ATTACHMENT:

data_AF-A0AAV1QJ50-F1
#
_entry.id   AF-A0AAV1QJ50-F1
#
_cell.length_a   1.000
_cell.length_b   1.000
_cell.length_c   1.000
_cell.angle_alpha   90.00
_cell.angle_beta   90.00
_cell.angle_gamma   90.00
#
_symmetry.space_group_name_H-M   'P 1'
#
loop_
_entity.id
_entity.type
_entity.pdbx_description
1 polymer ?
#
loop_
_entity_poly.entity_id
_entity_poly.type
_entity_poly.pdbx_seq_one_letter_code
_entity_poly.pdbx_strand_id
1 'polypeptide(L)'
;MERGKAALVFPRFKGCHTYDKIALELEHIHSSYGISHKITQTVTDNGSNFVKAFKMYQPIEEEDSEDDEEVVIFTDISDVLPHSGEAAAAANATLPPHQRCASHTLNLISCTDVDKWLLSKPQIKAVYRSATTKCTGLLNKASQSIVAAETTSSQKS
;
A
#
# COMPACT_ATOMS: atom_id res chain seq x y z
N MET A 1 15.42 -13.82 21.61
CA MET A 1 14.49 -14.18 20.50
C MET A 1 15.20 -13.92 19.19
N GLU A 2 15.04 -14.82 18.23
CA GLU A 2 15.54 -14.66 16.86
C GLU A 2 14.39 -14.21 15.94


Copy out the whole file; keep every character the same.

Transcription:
data_AF-A0AAV1QJ50-F1
#
_entry.id   AF-A0AAV1QJ50-F1
#
_cell.length_a   1.000
_cell.length_b   1.000
_cell.length_c   1.000
_cell.angle_alpha   90.00
_cell.angle_beta   90.00
_cell.angle_gamma   90.00
#
_symmetry.space_group_name_H-M   'P 1'
#
loop_
_entity.id
_entity.type
_entity.pdbx_description
1 polymer ?
#
loop_
_entity_poly.entity_id
_entity_poly.type
_entity_poly.pdbx_seq_one_letter_code
_entity_poly.pdbx_strand_id
1 'polypeptide(L)'
;MERGKAALVFPRFKGCHTYDKIALELEHIHSSYGISHKITQTVTDNGSNFVKAFKMYQPIEEEDSEDDEEVVIFTDISDVLPHSGEAAAAANATLPPHQRCASHTLNLISCTDVDKWLLSKPQIKAVYRSATTKCTGLLNKASQSIVAAETTSSQKS
;
A
#
# COMPACT_ATOMS: atom_id res chain seq x y z
N MET A 1 15.42 -13.82 21.61
CA MET A 1 14.49 -14.18 20.50
C MET A 1 15.20 -13.92 19.19
N GLU A 2 15.04 -14.82 18.23
CA GLU A 2 15.54 -14.66 16.86
C GLU A 2 14.39 -14.21 15.94